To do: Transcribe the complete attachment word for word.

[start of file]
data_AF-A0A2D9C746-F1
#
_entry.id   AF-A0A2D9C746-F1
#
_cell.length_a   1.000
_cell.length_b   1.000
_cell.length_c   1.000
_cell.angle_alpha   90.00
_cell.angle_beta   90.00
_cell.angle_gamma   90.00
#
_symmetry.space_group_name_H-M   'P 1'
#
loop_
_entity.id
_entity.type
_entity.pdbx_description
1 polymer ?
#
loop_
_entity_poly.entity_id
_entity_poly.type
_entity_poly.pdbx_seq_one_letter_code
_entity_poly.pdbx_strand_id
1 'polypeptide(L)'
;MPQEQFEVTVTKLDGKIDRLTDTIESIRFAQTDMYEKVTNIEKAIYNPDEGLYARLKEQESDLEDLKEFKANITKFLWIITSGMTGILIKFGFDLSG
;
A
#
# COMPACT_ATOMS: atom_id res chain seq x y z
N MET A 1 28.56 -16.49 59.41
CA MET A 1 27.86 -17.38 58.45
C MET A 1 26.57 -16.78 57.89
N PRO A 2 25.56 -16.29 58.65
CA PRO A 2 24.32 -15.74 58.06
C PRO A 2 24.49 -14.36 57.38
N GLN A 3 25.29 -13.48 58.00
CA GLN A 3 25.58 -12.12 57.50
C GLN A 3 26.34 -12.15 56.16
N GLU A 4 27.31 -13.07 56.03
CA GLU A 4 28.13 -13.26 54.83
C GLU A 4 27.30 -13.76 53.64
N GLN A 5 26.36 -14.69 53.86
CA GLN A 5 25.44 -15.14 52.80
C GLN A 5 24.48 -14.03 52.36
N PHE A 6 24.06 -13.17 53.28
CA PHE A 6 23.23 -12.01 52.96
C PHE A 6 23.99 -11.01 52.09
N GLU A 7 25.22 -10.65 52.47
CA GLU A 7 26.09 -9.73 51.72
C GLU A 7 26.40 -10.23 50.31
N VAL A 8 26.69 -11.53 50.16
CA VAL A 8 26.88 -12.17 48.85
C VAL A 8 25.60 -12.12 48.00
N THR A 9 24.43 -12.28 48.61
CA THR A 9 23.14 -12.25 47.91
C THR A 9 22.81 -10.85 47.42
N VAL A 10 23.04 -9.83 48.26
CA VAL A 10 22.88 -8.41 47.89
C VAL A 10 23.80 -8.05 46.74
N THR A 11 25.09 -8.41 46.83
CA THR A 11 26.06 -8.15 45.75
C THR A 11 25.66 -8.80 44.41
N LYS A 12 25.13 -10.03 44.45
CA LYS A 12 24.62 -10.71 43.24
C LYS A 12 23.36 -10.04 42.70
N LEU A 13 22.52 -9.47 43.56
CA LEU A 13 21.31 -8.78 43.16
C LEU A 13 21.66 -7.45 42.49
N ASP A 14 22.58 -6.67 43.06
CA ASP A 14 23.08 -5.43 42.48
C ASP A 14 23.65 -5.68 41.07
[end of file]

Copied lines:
data_AF-A0A2D9C746-F1
#
_entry.id   AF-A0A2D9C746-F1
#
_cell.length_a   1.000
_cell.length_b   1.000
_cell.length_c   1.000
_cell.angle_alpha   90.00
_cell.angle_beta   90.00
_cell.angle_gamma   90.00
#
_symmetry.space_group_name_H-M   'P 1'
#
loop_
_entity.id
_entity.type
_entity.pdbx_description
1 polymer ?
#
loop_
_entity_poly.entity_id
_entity_poly.type
_entity_poly.pdbx_seq_one_letter_code
_entity_poly.pdbx_strand_id
1 'polypeptide(L)'
;MPQEQFEVTVTKLDGKIDRLTDTIESIRFAQTDMYEKVTNIEKAIYNPDEGLYARLKEQESDLEDLKEFKANITKFLWIITSGMTGILIKFGFDLSG
;
A
#
# COMPACT_ATOMS: atom_id res chain seq x y z
N MET A 1 28.56 -16.49 59.41
CA MET A 1 27.86 -17.38 58.45
C MET A 1 26.57 -16.78 57.89
N PRO A 2 25.56 -16.29 58.65
CA PRO A 2 24.32 -15.74 58.06
C PRO A 2 24.49 -14.36 57.38
N GLN A 3 25.29 -13.48 58.00
CA GLN A 3 25.58 -12.12 57.50
C GLN A 3 26.34 -12.15 56.16
N GLU A 4 27.31 -13.07 56.03
CA GLU A 4 28.13 -13.26 54.83
C GLU A 4 27.30 -13.76 53.64
N GLN A 5 26.36 -14.69 53.86
CA GLN A 5 25.44 -15.14 52.80
C GLN A 5 24.48 -14.03 52.36
N PHE A 6 24.06 -13.17 53.28
CA PHE A 6 23.23 -12.01 52.96
C PHE A 6 23.99 -11.01 52.09
N GLU A 7 25.22 -10.65 52.47
CA GLU A 7 26.09 -9.73 51.72
C GLU A 7 26.40 -10.23 50.31
N VAL A 8 26.69 -11.53 50.16
CA VAL A 8 26.88 -12.17 48.85
C VAL A 8 25.60 -12.12 48.00
N THR A 9 24.43 -12.28 48.61
CA THR A 9 23.14 -12.25 47.91
C THR A 9 22.81 -10.85 47.42
N VAL A 10 23.04 -9.83 48.26
CA VAL A 10 22.88 -8.41 47.89
C VAL A 10 23.80 -8.05 46.74
N THR A 11 25.09 -8.41 46.83
CA THR A 11 26.06 -8.15 45.75
C THR A 11 25.66 -8.80 44.41
N LYS A 12 25.13 -10.03 44.45
CA LYS A 12 24.62 -10.71 43.24
C LYS A 12 23.36 -10.04 42.70
N LEU A 13 22.52 -9.47 43.56
CA LEU A 13 21.31 -8.78 43.16
C LEU A 13 21.66 -7.45 42.49
N ASP A 14 22.58 -6.67 43.06
CA ASP A 14 23.08 -5.43 42.48
C ASP A 14 23.65 -5.68 41.07